Things to Know Before Shipping Your Car

Liz Wolf
June 26, 2017
Find Self-Storage

Updated: November 8, 2022

You’re making a cross-country move, but what happens if you can’t drive your vehicle to your new destination? It can be difficult finding a way to move a 4,000-pound car to your new home. One hassle-free option is hiring a professional auto shipper.

Experts, however, say to choose a hauler carefully and understand what determines the cost, including your destination, the type of vehicle, your timing needs, the season, whether it’s shipped on an open or enclosed trailer, and the type of drop-off/pickup. (For example, you’ll pay more for door-to-door service vs. picking your car up at the shipper’s terminal.)

Car transporter on the highway

1. Compare Costs

As with any service, you want to find the best deal within your budget. Sites like make it easy to compare pricing by viewing similar types of shipments. The platform also gives you the option to list your shipment and wait for competing bids.

2. Research

Research the company you’re looking to hire. “See what others have said, what their website says, and what they tell you on the phone. Does it all line up?” said Matt Van Gelder, CEO at Monroe, Iowa-based Executive Auto Shippers.

You should evaluate auto carriers based on their experience, licensing, authority and insurance. Legal haulers are required to be registered with the Department of Transportation and have valid Motor Carrier authority. Google, Yelp, the Better Business Bureau and uShip are great resources for feedback from previous customers.

3. Ask Questions

“Ask what’s included in the quote you receive,” Van Gelder suggested. “Does it include fees or insurance? Is the price guaranteed or could it change?”

Experts say it’s never wise to hire a company based exclusively on pricing.

“Never shop on price. Shop on reputation,” said Gavin Kesten, CEO of Ship Your Car Now based in Boca Raton, FL, warning that the auto-shipping business is essentially an unregulated industry.

More often than not, you get what you pay for, added Shannon Noyes, director of business development at Reliable Carriers Inc. Transportation companies that charge less could have less customer-friendly insurance policies and older, less-versatile equipment with less-experienced drivers, he warned.

4. Check Out the Carrier’s Insurance

Your standard auto insurance probably won’t cover shipping your car across the country, so make sure your shipping company has adequate insurance coverage.

Ask for a copy of the carrier’s insurance, Noyes said. Some have it available right on their website.

Find out exactly what level of coverage your vehicle will have while it’s being shipped. If you don’t think it’s enough, ask about increasing the coverage.

5. Protect Your Vehicle From the Elements

“If you own a classic, vintage or luxury vehicle, you’ll want to request either a fully enclosed transport (an enclosed trailer), or to have your vehicle ‘top loaded’,” said Collin Bass, writer and social media specialist at uShip. “Top loading typically costs a bit more, but your vehicle will travel on the upper deck of the carrier, where contact with road debris and auto fluids is less likely.”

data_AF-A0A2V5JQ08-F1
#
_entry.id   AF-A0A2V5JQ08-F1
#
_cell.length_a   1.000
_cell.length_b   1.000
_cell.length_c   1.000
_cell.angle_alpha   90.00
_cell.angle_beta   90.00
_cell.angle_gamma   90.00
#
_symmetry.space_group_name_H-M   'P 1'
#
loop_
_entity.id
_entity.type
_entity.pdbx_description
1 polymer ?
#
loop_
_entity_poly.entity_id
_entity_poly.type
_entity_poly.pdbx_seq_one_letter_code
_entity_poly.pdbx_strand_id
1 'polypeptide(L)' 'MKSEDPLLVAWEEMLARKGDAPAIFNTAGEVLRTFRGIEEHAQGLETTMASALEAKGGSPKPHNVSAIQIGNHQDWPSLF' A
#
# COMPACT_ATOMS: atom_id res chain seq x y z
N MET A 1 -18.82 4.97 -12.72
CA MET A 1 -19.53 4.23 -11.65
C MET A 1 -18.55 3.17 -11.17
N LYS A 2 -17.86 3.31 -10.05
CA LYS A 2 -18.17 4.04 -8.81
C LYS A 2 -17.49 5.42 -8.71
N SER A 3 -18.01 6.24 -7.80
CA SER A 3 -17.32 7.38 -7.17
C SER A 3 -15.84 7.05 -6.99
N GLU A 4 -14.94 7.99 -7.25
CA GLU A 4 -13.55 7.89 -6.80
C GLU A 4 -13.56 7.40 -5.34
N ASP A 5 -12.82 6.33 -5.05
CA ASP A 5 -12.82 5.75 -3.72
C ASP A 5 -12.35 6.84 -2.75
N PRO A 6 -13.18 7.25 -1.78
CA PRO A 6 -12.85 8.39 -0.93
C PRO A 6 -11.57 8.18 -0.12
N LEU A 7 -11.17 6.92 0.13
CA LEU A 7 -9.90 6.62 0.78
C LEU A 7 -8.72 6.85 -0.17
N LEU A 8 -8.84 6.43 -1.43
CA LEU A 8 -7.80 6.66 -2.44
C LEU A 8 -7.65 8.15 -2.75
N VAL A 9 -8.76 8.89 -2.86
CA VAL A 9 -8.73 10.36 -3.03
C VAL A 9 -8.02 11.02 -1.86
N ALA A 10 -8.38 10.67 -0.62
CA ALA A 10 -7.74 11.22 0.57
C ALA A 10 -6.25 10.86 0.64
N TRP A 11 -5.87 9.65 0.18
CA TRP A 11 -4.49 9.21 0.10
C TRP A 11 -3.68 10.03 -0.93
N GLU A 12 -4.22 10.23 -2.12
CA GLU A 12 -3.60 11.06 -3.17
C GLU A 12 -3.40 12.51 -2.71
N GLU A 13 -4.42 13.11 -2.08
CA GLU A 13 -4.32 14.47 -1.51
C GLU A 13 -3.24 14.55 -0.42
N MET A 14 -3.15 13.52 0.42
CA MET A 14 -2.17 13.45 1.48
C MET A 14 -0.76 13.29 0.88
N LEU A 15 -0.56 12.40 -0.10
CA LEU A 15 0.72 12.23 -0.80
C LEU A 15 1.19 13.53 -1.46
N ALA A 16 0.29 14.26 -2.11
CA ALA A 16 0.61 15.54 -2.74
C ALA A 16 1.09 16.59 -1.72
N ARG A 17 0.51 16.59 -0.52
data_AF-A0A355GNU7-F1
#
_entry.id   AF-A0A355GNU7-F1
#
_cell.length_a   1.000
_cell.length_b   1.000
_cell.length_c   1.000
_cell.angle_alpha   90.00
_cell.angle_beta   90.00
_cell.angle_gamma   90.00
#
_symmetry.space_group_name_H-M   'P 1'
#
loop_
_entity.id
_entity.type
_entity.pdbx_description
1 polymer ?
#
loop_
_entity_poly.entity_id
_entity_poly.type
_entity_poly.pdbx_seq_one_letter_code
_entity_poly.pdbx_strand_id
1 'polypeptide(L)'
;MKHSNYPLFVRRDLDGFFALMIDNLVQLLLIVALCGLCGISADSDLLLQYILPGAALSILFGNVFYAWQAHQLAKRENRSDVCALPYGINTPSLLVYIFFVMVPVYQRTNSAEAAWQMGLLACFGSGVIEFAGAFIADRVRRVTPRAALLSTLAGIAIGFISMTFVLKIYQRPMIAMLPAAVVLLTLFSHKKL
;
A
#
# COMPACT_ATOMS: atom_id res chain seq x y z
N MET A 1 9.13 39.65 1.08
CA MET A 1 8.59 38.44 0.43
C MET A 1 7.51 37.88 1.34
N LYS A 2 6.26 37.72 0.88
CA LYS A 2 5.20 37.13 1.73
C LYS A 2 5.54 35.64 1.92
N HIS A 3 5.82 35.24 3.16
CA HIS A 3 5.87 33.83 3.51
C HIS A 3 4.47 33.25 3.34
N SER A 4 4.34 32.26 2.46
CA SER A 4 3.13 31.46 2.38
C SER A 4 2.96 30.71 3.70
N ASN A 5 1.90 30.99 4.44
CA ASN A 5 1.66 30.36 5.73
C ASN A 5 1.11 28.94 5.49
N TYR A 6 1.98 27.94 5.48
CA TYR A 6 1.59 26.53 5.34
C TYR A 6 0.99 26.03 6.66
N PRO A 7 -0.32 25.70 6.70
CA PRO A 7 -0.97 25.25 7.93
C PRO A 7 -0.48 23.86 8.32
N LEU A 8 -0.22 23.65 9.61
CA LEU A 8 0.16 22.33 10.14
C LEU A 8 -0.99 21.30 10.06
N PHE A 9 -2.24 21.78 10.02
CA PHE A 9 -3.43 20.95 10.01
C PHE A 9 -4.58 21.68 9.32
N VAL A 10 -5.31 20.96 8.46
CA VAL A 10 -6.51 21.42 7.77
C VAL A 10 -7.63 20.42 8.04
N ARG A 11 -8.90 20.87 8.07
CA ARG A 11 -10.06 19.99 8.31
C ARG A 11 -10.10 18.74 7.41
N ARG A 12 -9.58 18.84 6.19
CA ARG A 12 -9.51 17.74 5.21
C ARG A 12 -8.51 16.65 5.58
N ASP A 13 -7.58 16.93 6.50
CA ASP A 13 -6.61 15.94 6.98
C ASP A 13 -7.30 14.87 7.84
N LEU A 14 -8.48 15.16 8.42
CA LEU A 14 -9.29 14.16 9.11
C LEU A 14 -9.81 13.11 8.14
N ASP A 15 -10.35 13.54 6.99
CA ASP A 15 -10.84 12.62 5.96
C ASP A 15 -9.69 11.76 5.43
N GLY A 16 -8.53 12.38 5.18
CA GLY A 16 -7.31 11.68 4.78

6. Prep the Vehicle

To get the vehicle ready, make sure it’s in good mechanical shape. Top off all fluids and leave only a quarter of a tank of gas in the car, which is the safest option during transport. Also, remove all personal items from your vehicle.

“And make sure the exterior is clean, so you can see any scratches, dings or dents very clearly,” Kesten added.

Take photos and note any existing damage. Your vehicle will be inspected at pickup and delivery, so you want to be prepared.

7. Be On-site for Pickup and Delivery

Plan to be on-site to turn your car over to the driver as well as to receive it upon delivery. (If that’s not possible, designate someone). 

When your carrier arrives to pick up your vehicle, watch how your vehicle is being loaded and verify the delivery information. At the time of delivery, you will inspect your automobile and sign off on the condition.

8. Understand How Payment Works

Typically, you pay the driver upon delivery with cash, cashier’s check or postal money order. You can also usually pay using Visa, MasterCard or Discover card.

Shipping your vehicle is a major decision, so do your homework, take your time and make the best choice for your needs.

What If You Need to Store Your Vehicle?

Of course, another option when moving is storing your vehicle if you don’t need it right away.

Three self-storage options exist: outdoor, covered and indoor car storage. Outdoor storage offers the least protection from the elements, but charges the lowest price while indoor storage offers the most protection, but charges the highest price.


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The SpareFoot Blog offers tips about self-storage, information about storage auctions, advice about home organization, news about SpareFoot and much more.
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